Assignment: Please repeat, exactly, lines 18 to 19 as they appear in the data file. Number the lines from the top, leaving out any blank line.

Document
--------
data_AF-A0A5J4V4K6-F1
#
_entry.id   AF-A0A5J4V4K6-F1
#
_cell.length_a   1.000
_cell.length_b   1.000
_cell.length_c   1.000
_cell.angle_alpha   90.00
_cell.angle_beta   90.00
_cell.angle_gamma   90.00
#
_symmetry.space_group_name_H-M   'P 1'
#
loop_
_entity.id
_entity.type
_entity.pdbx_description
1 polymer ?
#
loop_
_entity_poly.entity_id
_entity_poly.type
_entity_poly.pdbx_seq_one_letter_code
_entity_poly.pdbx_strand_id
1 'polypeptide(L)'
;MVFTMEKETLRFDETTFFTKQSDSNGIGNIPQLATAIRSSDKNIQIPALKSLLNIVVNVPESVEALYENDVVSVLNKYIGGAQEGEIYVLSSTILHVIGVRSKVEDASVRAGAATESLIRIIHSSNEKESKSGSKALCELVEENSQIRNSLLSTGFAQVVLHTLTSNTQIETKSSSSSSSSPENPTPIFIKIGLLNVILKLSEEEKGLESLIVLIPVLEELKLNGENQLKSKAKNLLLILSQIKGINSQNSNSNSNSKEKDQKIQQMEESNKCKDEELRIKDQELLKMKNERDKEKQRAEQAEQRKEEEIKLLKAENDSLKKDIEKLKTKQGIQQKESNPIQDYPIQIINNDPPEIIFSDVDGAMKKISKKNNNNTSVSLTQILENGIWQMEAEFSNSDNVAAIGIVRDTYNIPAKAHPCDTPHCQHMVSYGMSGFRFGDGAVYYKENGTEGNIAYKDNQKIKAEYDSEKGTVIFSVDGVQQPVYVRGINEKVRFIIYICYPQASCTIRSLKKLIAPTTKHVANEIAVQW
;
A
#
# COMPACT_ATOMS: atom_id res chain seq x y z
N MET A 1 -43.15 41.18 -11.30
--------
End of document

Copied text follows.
1 polymer ?
#